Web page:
VA Drive To Hire 1,600 Mental Health Pros Hits Community Clinics' Supply
The Department of Veterans Affairs, trying to cope with a surge in psychological needs of veterans, has vowed to hire 1,600 additional mental health care professionals by the end of June, but some experts say the pool of qualified candidates is too small and the federal effort could jeopardize already-understaffed community health organizations.
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#1 Apr 7, 2013
With no science to the mental health industry. No medical model. No evidence based medicine and no test for chemical imbalance of the brain....I would think hiring for any mental health position could be eased by dropping license requirement and hiring any red light district bimbo or scumbag off the street.
Inside the Battle to Define Mental Illness
Every so often Al Frances says something that seems to surprise even him. Just now, for instance, in the predawn darkness of his comfortable, rambling home in Carmel, California, he has broken off his exercise routine to declare that “there is no definition of a mental disorder. It’s bullshit. I mean, you just can’t define it.” Then an odd, reflective look crosses his face, as if he’s taking in the strangeness of this scene: Allen Frances, lead editor of the fourth edition of the American Psychiatric Associations Diagnostic and Statistical Manual of Mental Disorders (universally known as the DSM-IV), the guy who wrote the book on mental illness, confessing that “these concepts are virtually impossible to define precisely with bright lines at the boundaries.” For the first time in two days, the conversation comes to an awkward halt.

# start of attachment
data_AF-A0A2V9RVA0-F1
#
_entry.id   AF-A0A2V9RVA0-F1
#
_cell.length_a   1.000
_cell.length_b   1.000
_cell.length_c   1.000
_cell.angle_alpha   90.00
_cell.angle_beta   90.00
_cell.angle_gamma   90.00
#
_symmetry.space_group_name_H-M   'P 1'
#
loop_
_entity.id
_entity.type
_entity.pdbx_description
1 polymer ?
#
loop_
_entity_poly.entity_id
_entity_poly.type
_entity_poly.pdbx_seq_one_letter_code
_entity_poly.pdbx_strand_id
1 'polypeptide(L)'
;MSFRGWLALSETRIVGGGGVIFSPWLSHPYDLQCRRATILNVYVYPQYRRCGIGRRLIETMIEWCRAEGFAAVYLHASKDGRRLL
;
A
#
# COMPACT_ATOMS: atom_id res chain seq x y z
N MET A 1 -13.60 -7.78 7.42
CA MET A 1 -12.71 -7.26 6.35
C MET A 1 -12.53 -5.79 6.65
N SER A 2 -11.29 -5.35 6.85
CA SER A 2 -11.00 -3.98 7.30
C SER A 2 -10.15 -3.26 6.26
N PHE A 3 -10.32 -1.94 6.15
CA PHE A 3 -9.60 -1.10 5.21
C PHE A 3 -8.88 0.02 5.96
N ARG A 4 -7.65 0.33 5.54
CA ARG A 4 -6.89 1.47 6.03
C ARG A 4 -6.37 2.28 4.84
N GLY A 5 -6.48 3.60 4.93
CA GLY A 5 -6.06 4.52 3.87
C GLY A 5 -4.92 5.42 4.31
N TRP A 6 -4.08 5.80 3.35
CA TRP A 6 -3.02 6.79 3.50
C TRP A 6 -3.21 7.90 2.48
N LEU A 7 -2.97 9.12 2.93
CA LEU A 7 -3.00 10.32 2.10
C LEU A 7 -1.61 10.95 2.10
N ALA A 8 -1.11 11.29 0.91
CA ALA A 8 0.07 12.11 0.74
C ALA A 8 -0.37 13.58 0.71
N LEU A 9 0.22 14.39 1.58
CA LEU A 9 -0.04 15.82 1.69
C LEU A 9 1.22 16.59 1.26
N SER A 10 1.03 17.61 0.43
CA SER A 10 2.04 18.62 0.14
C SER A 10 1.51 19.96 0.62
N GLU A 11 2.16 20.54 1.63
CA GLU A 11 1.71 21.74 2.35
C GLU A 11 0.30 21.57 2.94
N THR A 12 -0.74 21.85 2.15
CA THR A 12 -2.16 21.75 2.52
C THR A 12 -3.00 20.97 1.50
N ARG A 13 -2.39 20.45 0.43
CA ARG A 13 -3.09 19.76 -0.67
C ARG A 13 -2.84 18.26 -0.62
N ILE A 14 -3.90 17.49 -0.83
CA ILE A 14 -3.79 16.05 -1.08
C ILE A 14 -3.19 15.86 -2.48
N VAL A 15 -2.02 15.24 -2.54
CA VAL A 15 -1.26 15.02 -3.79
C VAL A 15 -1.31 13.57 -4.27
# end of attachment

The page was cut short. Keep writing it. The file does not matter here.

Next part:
There are no genetic tests, no brain scans, blood tests, chemical imbalance tests or X-rays that can scientifically/medically prove that any psychiatric disorder is a medical condition.
#2 Apr 7, 2013
Psychiatric Diagnosis: Too Little Science, Too Many Conflicts of Interest [i]
Paula J. Caplan, Ph.D.